Holyrood estate

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The Holyrood estate is a housing estate in Southampton, England. It was constructed as a new city district to replace a slum bombed in World War II, and designed by Lyons Israel Ellis, who later designed Wyndham Court. Owen Hatherley describes the estate as a "straightforward scattering of low and medium-rise Modernist blocks, using the soft-Brutalist vernacular of stock-brick and concrete." Hatherley praises the estate's layout over its aesthetic.[1] The estate is situated between Queensway to the west and Threefield Lane to the east, and Bernard Street to the south and Lime Street to the north.

In 2009, a series of metal sculptures were erected around the estate in tribute to the area's role in the history of Southampton.[2] Holyrood Church, which was damaged in World War II, now serves as a memorial to the Merchant Navy.[1] In 2012 seven tiled murals depicting scenes from Southampton's history were installed on the estate's blocks, to be visible from main roads.[3][4]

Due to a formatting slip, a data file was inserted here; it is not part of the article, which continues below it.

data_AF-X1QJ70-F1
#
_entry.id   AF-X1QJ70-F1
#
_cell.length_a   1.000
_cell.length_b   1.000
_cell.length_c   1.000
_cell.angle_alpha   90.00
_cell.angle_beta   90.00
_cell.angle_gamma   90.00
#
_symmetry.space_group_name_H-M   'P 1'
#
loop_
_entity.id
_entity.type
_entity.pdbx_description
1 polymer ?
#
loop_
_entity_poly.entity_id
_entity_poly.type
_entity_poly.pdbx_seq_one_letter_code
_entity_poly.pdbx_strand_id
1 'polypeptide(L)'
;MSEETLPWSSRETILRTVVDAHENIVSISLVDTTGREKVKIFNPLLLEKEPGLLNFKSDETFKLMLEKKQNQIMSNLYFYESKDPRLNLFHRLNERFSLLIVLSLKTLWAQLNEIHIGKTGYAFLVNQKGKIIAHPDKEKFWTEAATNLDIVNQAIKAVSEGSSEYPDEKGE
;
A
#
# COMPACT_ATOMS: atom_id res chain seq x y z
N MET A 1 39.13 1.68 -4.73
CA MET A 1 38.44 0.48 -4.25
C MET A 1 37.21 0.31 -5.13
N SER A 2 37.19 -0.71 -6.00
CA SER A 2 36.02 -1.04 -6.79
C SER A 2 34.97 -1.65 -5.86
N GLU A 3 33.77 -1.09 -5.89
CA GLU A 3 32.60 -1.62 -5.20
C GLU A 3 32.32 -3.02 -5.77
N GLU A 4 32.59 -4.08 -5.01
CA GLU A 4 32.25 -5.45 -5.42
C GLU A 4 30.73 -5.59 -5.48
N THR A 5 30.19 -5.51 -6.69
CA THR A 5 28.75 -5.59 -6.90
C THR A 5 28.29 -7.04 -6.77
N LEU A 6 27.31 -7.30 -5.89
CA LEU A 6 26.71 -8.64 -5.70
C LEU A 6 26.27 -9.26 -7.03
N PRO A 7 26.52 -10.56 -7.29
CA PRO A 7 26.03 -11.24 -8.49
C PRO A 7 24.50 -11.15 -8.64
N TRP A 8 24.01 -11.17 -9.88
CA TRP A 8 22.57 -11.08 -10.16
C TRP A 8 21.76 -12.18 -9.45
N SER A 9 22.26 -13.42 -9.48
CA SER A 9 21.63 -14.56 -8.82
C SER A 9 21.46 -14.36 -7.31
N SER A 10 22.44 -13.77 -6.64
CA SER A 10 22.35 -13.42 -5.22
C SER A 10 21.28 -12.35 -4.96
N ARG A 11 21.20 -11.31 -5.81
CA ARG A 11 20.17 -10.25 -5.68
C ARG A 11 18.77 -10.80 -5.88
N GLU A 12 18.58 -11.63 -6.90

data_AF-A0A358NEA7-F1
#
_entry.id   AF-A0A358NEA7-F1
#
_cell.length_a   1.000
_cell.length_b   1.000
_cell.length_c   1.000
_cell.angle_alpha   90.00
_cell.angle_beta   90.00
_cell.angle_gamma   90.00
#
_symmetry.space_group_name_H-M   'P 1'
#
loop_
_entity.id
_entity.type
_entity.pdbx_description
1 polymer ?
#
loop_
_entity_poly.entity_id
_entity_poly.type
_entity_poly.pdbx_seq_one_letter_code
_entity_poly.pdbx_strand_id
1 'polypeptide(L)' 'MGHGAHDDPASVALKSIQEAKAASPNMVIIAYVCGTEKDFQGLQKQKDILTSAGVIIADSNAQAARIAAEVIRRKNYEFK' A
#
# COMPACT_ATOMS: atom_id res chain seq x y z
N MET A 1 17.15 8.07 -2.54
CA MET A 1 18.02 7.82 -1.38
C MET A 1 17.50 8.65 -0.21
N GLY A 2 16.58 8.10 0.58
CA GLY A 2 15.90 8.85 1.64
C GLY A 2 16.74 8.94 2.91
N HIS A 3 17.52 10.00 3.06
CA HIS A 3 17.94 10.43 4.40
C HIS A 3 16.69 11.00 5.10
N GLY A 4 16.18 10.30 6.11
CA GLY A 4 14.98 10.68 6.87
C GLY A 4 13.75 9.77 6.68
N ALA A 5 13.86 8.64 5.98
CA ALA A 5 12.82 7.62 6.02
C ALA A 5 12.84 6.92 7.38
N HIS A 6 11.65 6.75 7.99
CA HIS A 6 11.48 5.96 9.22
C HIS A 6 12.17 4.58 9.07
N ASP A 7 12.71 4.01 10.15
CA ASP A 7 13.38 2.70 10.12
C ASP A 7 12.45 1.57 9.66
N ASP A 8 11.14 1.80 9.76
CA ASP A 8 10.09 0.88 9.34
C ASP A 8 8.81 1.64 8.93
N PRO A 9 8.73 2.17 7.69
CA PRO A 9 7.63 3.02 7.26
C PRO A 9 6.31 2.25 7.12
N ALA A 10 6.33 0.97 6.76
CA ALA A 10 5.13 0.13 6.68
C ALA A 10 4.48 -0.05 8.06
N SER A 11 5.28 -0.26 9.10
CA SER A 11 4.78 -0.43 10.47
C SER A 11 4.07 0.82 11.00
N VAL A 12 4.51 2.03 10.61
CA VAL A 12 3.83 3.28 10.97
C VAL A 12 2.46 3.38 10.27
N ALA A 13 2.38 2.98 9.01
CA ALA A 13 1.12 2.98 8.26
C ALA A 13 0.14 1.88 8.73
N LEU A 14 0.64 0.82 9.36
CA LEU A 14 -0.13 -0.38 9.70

R&B musician Craig David, who was born in 1981, grew up in the Holyrood estate.[5]

References[edit]

  1. ^ a b Hatherley, Owen (November 2010). A Guide to the New Ruins of Great Britain. New York: Verso Books. pp. 21–22.
  2. ^ "Striking sculptures for Southampton's Holyrood estate". Southern Daily Echo. 29 April 2009. Retrieved 18 April 2012.
  3. ^ "Historic murals 'transform' Southampton council estate". 24dash.com. 8 June 2012. Retrieved 15 April 2015.
  4. ^ "Murals brighten up Southampton's Holyrood estate". Southern Daily Echo. 23 June 2012. Retrieved 15 April 2015.
  5. ^ "Craig David's Southampton". BBC. 31 October 2008. Retrieved 18 April 2012.

Coordinates: 50°54′02″N 1°23′58″W / 50.9005°N 1.3995°W / 50.9005; -1.3995